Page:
Wednesday, 30 October 2013

Beyond the Boundary - Episode 5

The Hollow Shadow (or whatever it was that attacked the town) might have been defeated, but there's now a new danger for Mirai to face - joining the literature club and its pair of male members who waste no time in proving that they have mastered the art of sexual harassment.

Still, this isn't the only thing of note going on in the lives of the main cast in the wake of the previous episode, as Mirai finds her license as a Spirit World Warrior rescinded for a month due to her foolish actions, and Akihito also gets a telling off which, when coupled with an uncomfortable meeting with a certain someone, only seems to deepen his depression originated from his turning into a youmu at the end of the previous episode.

With her ability to earn money from capturing youmu curtailed by her suspension, Mirai has to go looking elsewhere for work, which ultimately comes courtesy of Mitsuki who allows her to join in and help with her part-time job, although it seems that Mirai is willing to go a little further in her efforts and take on a slightly more salacious role within her workplace.  With a festival impending and Mitsuki fretting about her sense of loneliness on account of her position and heritage, it's surprisingly Mirai that pulls her out of her shell by insisting that she attend said festival with her friends despite Mitsuki's determination not to go.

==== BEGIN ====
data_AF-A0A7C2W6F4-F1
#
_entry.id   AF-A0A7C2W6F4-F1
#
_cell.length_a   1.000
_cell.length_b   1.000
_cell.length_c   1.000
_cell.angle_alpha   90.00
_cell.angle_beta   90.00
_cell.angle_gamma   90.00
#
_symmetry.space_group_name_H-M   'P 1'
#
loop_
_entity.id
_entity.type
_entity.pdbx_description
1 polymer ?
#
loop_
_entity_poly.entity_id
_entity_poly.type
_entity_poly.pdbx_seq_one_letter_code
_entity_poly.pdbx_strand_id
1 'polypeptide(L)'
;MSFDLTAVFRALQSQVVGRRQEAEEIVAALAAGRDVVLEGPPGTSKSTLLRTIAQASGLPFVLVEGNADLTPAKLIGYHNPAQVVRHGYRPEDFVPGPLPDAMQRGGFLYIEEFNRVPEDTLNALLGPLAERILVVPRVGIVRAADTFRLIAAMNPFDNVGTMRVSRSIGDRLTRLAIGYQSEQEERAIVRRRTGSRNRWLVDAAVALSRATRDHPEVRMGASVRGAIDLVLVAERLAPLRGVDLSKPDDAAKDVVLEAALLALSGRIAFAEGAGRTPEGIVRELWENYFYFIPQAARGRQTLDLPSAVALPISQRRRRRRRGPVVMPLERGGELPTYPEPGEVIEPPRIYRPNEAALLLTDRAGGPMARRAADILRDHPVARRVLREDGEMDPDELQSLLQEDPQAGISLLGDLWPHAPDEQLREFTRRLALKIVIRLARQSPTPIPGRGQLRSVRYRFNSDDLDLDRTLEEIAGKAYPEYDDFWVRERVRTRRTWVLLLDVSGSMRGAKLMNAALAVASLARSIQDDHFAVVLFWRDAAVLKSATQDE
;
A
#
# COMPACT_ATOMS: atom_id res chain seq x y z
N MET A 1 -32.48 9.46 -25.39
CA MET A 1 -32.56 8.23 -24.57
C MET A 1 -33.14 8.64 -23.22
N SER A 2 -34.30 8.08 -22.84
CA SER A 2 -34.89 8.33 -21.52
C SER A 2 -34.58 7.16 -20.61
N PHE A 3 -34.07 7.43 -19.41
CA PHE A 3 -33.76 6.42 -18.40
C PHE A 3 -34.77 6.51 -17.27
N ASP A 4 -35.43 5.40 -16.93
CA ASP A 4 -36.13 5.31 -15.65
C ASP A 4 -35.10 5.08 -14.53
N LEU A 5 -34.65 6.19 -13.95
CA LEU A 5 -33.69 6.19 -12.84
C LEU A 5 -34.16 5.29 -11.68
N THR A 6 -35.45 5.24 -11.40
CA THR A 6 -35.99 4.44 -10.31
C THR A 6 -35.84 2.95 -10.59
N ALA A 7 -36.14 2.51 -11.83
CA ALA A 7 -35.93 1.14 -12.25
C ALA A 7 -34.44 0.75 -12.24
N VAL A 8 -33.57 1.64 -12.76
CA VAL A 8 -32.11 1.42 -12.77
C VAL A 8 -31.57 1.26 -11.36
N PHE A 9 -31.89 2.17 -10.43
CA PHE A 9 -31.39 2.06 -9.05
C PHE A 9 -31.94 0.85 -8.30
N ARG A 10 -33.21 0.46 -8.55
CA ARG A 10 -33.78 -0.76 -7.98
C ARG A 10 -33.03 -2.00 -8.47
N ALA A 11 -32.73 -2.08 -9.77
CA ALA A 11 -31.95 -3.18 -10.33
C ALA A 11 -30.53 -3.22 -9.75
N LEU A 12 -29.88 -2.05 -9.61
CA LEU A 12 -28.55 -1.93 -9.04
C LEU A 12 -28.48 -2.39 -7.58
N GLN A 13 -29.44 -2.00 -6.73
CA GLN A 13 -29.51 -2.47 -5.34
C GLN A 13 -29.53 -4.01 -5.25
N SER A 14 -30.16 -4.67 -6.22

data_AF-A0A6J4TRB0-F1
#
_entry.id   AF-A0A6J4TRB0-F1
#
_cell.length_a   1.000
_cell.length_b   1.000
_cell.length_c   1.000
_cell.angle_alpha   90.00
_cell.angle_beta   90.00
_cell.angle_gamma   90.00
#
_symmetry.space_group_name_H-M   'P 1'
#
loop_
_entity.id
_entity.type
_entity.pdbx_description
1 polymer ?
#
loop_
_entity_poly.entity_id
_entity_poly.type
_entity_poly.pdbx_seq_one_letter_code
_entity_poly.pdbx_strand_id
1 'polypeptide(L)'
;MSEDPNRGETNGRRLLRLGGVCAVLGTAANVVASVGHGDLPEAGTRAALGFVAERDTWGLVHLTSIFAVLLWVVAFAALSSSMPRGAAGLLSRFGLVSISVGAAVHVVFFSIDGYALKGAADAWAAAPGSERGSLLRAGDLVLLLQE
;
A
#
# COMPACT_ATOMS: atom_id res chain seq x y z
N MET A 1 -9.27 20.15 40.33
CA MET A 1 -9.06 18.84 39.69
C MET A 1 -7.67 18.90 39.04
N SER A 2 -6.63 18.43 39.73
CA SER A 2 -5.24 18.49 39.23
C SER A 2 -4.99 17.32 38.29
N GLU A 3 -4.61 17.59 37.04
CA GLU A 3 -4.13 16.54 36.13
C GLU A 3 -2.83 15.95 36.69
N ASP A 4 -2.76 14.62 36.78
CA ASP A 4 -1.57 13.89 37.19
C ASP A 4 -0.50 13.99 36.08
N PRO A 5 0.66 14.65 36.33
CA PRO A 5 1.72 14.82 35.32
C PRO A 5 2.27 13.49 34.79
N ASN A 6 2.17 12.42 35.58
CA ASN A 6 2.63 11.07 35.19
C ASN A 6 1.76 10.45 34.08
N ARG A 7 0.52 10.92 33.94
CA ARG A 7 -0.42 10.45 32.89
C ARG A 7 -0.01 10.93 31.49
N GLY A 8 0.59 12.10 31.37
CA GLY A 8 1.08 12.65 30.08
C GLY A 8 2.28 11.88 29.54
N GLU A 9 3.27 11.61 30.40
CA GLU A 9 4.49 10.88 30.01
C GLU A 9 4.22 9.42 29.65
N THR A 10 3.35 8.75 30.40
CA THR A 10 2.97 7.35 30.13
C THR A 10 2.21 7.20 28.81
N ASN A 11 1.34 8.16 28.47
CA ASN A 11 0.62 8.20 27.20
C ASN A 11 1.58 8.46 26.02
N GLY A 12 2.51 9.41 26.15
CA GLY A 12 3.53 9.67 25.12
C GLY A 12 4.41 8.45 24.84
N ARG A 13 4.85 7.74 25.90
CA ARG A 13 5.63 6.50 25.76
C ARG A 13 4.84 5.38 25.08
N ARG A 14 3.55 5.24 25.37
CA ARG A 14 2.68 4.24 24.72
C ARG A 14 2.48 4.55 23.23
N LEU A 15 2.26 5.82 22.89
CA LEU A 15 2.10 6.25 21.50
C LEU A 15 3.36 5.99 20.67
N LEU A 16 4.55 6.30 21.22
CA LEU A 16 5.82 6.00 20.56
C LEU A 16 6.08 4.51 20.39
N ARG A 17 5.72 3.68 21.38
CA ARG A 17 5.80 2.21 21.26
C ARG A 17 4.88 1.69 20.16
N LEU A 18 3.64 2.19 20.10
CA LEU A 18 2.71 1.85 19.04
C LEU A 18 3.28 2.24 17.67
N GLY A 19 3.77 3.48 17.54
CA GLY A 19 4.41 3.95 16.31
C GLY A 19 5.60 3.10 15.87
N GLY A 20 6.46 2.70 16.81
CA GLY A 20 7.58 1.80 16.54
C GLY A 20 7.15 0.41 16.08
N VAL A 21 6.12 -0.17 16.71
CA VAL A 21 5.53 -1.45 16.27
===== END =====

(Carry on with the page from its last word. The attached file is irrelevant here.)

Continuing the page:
After the action and drama of the previous episode, this week's Beyond the Boundary was inevitably going to be a quieter, more introspective affair, and so it proved as it made at least some effort to look at the effect of those events and the wider goings-on in the world upon the main cast of characters.  The trouble is, a lot of this effort was overshadowed by the incessant sense of the episode pandering towards its audience.  "Ooh, look at Mirai in glasses being all clumsy and cute! Look at her in a maid outfit!  I bet you'd like to see her naked - maybe you should make a doujinshi about it?"  All of this felt surprisingly overt from a studio that normally at least tries to pretend that it's refraining from such baiting of its audience, and it detracts from a show that doesn't have a strong enough story to overpower such elements in the first place.

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